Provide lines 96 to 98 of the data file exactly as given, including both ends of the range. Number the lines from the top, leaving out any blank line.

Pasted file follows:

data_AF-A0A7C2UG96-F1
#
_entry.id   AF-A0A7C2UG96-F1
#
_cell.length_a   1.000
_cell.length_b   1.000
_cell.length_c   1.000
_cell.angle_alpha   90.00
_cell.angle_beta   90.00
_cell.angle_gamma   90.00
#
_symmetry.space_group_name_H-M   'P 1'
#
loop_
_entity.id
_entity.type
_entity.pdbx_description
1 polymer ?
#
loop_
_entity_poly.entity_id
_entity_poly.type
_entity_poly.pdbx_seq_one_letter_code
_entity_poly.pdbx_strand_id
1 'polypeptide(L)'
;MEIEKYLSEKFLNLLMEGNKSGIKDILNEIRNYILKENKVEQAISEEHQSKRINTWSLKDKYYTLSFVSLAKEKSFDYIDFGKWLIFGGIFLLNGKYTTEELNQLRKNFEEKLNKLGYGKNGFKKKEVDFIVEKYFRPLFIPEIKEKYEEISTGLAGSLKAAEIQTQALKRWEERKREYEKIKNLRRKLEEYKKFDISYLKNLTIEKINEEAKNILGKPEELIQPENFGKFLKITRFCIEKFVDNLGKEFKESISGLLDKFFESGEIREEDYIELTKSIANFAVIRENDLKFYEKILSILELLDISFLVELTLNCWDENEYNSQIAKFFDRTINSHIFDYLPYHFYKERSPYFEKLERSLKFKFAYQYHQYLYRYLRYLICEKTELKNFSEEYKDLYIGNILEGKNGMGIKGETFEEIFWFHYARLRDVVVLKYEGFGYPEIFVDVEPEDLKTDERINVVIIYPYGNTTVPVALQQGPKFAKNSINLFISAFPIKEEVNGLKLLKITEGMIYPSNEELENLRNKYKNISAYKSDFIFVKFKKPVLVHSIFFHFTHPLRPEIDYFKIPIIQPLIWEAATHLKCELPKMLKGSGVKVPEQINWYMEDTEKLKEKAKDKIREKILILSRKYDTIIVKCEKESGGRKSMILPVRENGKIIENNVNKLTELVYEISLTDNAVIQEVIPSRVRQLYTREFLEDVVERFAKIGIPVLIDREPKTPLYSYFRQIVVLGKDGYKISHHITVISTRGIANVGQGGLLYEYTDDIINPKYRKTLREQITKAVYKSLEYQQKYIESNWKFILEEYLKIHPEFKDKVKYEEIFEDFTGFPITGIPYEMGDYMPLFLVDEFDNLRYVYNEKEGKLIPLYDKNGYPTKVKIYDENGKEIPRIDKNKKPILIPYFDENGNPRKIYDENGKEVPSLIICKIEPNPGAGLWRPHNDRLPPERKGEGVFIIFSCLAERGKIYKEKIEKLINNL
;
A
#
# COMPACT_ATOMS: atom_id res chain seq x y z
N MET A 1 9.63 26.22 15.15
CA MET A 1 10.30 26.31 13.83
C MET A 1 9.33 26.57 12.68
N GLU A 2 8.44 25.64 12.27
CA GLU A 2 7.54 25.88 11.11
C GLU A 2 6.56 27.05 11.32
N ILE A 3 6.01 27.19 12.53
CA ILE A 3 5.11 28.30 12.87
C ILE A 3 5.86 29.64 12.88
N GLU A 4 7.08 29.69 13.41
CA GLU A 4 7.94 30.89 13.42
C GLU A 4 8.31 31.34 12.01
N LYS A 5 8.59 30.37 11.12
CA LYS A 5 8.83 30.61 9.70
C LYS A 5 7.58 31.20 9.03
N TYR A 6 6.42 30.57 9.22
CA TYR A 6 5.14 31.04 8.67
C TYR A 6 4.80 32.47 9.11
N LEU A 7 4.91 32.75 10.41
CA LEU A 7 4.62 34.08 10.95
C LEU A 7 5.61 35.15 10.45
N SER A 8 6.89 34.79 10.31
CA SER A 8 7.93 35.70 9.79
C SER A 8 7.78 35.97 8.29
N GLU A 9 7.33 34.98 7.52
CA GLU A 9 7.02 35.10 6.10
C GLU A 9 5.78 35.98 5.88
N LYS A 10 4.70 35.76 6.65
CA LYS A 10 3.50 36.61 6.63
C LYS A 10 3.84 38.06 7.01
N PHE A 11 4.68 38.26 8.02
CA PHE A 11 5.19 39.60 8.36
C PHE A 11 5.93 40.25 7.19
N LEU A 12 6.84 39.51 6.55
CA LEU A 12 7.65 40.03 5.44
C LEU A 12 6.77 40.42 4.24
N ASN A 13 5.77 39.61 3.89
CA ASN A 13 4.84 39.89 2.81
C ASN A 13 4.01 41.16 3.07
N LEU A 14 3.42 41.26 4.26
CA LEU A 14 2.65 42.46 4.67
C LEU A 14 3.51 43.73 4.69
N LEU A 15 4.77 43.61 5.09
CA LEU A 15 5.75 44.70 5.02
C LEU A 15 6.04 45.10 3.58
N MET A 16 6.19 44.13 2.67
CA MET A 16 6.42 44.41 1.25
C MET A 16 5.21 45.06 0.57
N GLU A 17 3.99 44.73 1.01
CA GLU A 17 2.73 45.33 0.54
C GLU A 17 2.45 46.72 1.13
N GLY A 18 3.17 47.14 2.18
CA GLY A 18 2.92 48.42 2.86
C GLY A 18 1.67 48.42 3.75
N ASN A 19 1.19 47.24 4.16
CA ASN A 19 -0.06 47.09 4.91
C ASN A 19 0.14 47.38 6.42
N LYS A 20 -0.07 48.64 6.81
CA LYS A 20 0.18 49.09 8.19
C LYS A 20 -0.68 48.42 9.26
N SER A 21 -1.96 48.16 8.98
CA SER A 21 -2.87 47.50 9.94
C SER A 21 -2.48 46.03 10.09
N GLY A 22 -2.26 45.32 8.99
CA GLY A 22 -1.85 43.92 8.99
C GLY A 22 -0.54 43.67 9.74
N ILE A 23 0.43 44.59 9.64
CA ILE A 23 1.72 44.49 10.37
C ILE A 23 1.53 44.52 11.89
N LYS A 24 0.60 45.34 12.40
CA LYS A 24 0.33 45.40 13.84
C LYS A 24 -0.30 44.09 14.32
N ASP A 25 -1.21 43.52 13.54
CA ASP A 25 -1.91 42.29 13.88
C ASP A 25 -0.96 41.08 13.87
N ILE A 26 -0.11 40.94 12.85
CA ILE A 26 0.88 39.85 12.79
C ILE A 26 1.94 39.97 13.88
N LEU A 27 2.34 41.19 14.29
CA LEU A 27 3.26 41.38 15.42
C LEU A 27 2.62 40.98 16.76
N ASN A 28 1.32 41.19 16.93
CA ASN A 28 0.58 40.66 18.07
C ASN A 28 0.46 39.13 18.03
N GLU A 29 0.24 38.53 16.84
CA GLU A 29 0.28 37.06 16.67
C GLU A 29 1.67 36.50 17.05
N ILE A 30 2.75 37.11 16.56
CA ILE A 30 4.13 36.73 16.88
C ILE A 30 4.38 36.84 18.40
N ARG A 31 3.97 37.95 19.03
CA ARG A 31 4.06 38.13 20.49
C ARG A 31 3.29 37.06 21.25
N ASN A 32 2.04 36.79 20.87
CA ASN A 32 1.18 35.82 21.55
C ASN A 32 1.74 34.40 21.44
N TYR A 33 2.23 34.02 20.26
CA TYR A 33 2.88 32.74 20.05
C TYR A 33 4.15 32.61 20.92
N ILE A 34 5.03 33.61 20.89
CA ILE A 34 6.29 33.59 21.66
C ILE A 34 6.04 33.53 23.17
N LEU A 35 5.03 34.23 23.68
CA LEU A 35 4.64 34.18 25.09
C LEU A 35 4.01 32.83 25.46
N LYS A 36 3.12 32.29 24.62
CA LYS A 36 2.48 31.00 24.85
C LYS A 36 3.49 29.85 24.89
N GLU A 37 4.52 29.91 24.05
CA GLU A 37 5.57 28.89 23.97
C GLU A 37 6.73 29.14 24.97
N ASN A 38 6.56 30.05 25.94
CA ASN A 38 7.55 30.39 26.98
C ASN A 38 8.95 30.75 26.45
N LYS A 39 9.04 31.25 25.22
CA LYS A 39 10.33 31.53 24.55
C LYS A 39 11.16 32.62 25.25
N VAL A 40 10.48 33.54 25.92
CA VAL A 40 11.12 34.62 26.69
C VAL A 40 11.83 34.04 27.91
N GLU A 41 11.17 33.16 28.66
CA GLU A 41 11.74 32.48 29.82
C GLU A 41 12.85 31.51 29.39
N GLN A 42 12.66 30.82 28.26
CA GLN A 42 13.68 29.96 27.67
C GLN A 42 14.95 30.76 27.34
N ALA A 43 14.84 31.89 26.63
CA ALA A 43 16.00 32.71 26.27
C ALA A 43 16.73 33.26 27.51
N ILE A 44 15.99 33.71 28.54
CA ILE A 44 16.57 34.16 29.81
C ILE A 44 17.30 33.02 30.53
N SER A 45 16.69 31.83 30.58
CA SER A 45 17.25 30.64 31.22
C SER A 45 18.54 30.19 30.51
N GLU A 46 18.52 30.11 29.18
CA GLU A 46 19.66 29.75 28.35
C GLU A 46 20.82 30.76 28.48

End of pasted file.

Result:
C GLY A 22 -0.54 43.67 9.74
N ILE A 23 0.43 44.59 9.64
CA ILE A 23 1.72 44.49 10.37